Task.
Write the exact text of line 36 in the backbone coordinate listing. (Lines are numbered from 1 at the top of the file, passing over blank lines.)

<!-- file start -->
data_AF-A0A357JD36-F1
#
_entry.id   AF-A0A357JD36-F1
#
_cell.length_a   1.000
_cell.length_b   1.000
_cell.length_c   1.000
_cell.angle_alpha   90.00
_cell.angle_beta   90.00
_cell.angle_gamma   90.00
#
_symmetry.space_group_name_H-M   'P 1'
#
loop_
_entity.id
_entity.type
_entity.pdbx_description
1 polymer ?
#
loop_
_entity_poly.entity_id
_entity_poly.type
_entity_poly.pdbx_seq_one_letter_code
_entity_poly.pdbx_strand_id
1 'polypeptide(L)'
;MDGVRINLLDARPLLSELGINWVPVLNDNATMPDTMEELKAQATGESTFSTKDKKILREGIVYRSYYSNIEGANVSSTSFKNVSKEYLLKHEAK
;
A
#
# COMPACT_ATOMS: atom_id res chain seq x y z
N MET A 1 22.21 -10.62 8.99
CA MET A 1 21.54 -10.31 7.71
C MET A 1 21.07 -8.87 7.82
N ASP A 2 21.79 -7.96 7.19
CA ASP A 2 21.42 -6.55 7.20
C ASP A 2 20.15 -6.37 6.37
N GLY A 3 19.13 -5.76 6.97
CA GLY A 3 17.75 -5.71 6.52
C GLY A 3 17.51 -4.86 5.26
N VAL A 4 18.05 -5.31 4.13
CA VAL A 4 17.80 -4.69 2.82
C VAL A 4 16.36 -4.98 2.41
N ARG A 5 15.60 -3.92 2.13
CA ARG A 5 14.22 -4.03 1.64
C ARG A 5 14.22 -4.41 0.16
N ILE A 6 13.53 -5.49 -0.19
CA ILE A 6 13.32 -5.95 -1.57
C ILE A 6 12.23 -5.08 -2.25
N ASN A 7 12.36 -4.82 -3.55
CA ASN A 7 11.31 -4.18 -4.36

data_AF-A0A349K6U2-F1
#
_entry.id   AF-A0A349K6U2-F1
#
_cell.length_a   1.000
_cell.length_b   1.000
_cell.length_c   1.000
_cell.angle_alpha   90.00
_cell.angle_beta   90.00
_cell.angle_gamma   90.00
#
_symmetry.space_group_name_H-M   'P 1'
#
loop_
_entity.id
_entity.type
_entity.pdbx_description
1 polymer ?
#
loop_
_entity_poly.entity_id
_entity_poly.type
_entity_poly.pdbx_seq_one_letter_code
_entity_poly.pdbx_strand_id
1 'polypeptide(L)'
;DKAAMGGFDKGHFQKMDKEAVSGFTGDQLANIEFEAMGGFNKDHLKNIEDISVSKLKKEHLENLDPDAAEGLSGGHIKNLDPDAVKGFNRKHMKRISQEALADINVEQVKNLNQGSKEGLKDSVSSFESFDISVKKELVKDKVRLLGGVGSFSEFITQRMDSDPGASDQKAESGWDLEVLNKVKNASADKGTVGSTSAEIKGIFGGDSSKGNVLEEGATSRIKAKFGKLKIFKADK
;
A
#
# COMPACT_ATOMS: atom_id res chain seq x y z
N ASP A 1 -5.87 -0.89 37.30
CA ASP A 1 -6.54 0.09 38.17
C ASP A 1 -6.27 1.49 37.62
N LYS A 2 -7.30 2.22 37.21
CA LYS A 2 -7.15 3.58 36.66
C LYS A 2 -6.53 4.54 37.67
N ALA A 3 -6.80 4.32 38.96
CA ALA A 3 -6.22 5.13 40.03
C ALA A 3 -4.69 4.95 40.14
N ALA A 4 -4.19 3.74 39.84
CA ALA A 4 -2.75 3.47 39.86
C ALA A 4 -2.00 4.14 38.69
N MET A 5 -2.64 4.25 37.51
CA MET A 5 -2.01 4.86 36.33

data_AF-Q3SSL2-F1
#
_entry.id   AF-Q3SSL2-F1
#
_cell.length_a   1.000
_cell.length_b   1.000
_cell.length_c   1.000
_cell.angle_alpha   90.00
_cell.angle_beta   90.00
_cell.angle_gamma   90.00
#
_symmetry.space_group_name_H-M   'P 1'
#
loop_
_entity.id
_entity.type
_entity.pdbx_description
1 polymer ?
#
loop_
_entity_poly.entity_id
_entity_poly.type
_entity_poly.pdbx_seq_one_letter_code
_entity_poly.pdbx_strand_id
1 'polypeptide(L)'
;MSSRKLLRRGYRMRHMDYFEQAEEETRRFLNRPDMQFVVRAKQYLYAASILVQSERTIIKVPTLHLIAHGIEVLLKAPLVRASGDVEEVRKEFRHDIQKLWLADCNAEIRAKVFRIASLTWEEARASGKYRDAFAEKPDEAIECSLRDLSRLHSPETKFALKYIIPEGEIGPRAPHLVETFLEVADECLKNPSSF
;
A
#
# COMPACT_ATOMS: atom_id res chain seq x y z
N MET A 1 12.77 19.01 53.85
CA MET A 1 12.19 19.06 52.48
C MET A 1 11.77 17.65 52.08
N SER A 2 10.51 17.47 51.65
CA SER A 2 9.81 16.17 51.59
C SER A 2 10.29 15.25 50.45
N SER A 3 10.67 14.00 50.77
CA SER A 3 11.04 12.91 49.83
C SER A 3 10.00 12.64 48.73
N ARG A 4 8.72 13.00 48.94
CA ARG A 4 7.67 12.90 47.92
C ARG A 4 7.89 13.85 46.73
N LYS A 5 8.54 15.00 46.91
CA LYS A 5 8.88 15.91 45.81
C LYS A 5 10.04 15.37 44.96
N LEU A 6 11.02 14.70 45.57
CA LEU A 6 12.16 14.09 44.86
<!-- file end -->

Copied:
C ASP A 2 20.15 -6.37 6.37